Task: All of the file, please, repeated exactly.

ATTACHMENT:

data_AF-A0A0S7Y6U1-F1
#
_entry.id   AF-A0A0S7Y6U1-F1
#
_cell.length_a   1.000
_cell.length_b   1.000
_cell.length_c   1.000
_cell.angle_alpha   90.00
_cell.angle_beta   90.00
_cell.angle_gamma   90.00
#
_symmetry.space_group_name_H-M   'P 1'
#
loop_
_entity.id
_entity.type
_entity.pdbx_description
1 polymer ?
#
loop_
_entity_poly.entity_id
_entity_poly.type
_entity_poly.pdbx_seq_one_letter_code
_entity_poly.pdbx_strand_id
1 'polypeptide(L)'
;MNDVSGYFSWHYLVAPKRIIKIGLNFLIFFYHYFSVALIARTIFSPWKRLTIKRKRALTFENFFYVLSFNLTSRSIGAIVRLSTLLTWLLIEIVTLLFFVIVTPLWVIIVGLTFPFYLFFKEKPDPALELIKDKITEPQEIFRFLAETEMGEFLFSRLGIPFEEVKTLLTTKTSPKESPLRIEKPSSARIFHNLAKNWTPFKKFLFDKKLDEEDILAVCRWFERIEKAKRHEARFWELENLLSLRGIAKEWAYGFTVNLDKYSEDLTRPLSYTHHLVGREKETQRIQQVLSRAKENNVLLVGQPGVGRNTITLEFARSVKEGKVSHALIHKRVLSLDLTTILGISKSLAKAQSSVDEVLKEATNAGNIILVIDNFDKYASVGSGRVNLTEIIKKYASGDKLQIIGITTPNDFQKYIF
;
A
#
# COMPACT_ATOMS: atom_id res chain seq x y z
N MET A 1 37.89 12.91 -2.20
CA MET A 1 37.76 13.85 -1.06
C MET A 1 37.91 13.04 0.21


data_AF-A0A0S7Y6U1-F1
#
_entry.id   AF-A0A0S7Y6U1-F1
#
_cell.length_a   1.000
_cell.length_b   1.000
_cell.length_c   1.000
_cell.angle_alpha   90.00
_cell.angle_beta   90.00
_cell.angle_gamma   90.00
#
_symmetry.space_group_name_H-M   'P 1'
#
loop_
_entity.id
_entity.type
_entity.pdbx_description
1 polymer ?
#
loop_
_entity_poly.entity_id
_entity_poly.type
_entity_poly.pdbx_seq_one_letter_code
_entity_poly.pdbx_strand_id
1 'polypeptide(L)'
;MNDVSGYFSWHYLVAPKRIIKIGLNFLIFFYHYFSVALIARTIFSPWKRLTIKRKRALTFENFFYVLSFNLTSRSIGAIVRLSTLLTWLLIEIVTLLFFVIVTPLWVIIVGLTFPFYLFFKEKPDPALELIKDKITEPQEIFRFLAETEMGEFLFSRLGIPFEEVKTLLTTKTSPKESPLRIEKPSSARIFHNLAKNWTPFKKFLFDKKLDEEDILAVCRWFERIEKAKRHEARFWELENLLSLRGIAKEWAYGFTVNLDKYSEDLTRPLSYTHHLVGREKETQRIQQVLSRAKENNVLLVGQPGVGRNTITLEFARSVKEGKVSHALIHKRVLSLDLTTILGISKSLAKAQSSVDEVLKEATNAGNIILVIDNFDKYASVGSGRVNLTEIIKKYASGDKLQIIGITTPNDFQKYIF
;
A
#
# COMPACT_ATOMS: atom_id res chain seq x y z
N MET A 1 37.89 12.91 -2.20
CA MET A 1 37.76 13.85 -1.06
C MET A 1 37.91 13.04 0.21